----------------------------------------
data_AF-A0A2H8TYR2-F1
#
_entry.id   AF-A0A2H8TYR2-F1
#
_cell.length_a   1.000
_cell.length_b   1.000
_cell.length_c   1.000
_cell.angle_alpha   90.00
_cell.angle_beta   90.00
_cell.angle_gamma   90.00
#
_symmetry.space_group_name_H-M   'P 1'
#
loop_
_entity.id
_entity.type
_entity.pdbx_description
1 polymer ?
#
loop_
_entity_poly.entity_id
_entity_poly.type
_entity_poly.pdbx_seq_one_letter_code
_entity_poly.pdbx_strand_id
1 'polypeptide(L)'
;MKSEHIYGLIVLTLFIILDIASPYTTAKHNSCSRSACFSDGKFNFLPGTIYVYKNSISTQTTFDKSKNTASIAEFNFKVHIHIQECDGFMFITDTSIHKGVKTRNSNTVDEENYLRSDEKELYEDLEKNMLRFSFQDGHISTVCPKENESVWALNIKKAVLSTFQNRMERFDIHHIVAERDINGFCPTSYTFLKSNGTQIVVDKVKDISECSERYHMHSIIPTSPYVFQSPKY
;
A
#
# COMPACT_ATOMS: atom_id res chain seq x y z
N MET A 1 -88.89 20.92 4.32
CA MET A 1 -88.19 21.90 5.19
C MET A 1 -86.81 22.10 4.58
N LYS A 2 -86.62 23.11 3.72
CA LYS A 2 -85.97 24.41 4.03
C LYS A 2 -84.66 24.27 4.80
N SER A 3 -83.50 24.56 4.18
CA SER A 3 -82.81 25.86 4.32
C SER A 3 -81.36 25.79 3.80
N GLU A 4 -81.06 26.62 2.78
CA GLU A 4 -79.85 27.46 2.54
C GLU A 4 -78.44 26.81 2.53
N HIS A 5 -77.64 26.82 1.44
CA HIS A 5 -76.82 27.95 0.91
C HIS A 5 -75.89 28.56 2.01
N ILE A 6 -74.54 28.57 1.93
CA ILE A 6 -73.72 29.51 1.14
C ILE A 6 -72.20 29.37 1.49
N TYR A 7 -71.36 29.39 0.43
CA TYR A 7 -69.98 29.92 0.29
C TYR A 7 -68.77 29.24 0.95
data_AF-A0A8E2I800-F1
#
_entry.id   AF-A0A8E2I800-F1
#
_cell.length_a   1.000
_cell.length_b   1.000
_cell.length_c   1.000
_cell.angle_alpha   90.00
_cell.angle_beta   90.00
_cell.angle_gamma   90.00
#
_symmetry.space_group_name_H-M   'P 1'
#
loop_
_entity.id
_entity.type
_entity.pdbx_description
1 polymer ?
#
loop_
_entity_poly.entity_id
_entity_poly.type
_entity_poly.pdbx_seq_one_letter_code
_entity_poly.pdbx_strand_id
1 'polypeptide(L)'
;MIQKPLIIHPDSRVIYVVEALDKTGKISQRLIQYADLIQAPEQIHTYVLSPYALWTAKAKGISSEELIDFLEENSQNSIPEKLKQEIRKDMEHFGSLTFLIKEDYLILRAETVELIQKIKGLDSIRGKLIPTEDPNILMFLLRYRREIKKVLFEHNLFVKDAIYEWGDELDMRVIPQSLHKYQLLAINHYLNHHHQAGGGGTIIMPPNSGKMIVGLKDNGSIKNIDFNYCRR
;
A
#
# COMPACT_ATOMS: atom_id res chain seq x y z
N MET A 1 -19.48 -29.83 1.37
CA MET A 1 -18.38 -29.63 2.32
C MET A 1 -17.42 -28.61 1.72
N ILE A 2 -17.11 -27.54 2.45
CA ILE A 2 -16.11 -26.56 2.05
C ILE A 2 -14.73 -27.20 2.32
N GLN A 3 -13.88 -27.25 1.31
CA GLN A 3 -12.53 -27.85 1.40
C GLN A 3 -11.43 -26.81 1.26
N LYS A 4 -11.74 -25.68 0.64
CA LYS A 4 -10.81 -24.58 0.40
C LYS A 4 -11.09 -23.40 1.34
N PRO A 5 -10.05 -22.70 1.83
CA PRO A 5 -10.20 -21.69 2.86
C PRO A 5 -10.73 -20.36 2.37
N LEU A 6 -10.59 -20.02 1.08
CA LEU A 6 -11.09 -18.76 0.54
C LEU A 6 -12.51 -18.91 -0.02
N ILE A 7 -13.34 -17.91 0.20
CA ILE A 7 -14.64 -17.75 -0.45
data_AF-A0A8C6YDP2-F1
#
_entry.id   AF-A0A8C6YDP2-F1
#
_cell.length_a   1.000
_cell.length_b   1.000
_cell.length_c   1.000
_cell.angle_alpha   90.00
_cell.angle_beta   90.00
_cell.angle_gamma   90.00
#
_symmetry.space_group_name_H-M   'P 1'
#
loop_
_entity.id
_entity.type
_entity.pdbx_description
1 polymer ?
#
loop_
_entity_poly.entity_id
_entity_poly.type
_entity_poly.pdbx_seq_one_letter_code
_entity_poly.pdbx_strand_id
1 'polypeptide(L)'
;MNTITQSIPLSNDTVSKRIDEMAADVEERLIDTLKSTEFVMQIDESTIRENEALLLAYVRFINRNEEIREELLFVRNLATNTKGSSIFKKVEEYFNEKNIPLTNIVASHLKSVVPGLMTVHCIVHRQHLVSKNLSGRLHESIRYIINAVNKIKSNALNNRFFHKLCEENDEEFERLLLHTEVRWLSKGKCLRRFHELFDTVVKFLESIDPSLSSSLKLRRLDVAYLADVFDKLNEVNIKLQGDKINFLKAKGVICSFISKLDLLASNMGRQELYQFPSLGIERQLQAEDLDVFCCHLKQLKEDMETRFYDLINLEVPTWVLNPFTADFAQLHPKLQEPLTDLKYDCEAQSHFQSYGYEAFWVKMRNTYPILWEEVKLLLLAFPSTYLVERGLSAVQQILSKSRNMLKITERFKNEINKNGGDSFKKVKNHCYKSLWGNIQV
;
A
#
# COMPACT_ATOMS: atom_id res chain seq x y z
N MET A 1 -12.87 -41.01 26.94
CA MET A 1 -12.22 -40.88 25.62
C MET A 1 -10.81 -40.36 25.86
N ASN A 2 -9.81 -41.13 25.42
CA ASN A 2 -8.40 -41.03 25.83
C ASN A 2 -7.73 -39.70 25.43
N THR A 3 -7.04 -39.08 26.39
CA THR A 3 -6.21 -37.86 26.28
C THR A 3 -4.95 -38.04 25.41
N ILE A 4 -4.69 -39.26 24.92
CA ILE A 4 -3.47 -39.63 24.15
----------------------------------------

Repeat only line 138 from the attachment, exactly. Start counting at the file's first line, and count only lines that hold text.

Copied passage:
N THR A 3 -7.04 -39.08 26.39